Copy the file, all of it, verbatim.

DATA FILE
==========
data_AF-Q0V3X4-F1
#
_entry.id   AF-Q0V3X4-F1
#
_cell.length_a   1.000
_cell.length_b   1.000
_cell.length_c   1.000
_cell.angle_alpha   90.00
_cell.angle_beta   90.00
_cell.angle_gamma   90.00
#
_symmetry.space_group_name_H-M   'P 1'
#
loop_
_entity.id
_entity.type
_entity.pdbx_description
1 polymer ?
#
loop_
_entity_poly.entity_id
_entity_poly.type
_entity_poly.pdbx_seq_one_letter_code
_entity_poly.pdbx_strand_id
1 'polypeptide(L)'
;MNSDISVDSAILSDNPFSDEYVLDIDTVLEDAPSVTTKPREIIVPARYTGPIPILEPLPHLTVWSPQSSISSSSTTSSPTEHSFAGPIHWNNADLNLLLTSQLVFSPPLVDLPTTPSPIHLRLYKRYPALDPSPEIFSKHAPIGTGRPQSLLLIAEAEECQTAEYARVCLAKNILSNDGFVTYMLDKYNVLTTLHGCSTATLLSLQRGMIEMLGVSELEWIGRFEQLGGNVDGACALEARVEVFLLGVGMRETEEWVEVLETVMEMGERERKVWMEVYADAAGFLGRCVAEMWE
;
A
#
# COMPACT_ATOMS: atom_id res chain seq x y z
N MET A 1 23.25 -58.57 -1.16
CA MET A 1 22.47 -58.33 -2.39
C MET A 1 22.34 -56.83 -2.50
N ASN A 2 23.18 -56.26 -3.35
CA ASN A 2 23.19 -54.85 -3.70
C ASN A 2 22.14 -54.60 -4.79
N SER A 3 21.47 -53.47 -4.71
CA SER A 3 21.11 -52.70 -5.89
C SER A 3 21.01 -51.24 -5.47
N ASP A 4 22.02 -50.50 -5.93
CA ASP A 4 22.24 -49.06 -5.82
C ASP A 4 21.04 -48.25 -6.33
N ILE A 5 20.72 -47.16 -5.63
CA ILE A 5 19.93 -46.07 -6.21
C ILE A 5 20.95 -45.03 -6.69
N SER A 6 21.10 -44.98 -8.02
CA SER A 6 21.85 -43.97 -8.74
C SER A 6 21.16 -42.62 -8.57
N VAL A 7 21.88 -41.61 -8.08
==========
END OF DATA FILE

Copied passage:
data_AF-Q0V3X4-F1
#
_entry.id   AF-Q0V3X4-F1
#
_cell.length_a   1.000
_cell.length_b   1.000
_cell.length_c   1.000
_cell.angle_alpha   90.00
_cell.angle_beta   90.00
_cell.angle_gamma   90.00
#
_symmetry.space_group_name_H-M   'P 1'
#
loop_
_entity.id
_entity.type
_entity.pdbx_description
1 polymer ?
#
loop_
_entity_poly.entity_id
_entity_poly.type
_entity_poly.pdbx_seq_one_letter_code
_entity_poly.pdbx_strand_id
1 'polypeptide(L)'
;MNSDISVDSAILSDNPFSDEYVLDIDTVLEDAPSVTTKPREIIVPARYTGPIPILEPLPHLTVWSPQSSISSSSTTSSPTEHSFAGPIHWNNADLNLLLTSQLVFSPPLVDLPTTPSPIHLRLYKRYPALDPSPEIFSKHAPIGTGRPQSLLLIAEAEECQTAEYARVCLAKNILSNDGFVTYMLDKYNVLTTLHGCSTATLLSLQRGMIEMLGVSELEWIGRFEQLGGNVDGACALEARVEVFLLGVGMRETEEWVEVLETVMEMGERERKVWMEVYADAAGFLGRCVAEMWE
;
A
#
# COMPACT_ATOMS: atom_id res chain seq x y z
N MET A 1 23.25 -58.57 -1.16
CA MET A 1 22.47 -58.33 -2.39
C MET A 1 22.34 -56.83 -2.50
N ASN A 2 23.18 -56.26 -3.35
CA ASN A 2 23.19 -54.85 -3.70
C ASN A 2 22.14 -54.60 -4.79
N SER A 3 21.47 -53.47 -4.71
CA SER A 3 21.11 -52.70 -5.89
C SER A 3 21.01 -51.24 -5.47
N ASP A 4 22.02 -50.50 -5.93
CA ASP A 4 22.24 -49.06 -5.82
C ASP A 4 21.04 -48.25 -6.33
N ILE A 5 20.72 -47.16 -5.63
CA ILE A 5 19.93 -46.07 -6.21
C ILE A 5 20.95 -45.03 -6.69
N SER A 6 21.10 -44.98 -8.02
CA SER A 6 21.85 -43.97 -8.74
C SER A 6 21.16 -42.62 -8.57
N VAL A 7 21.88 -41.61 -8.08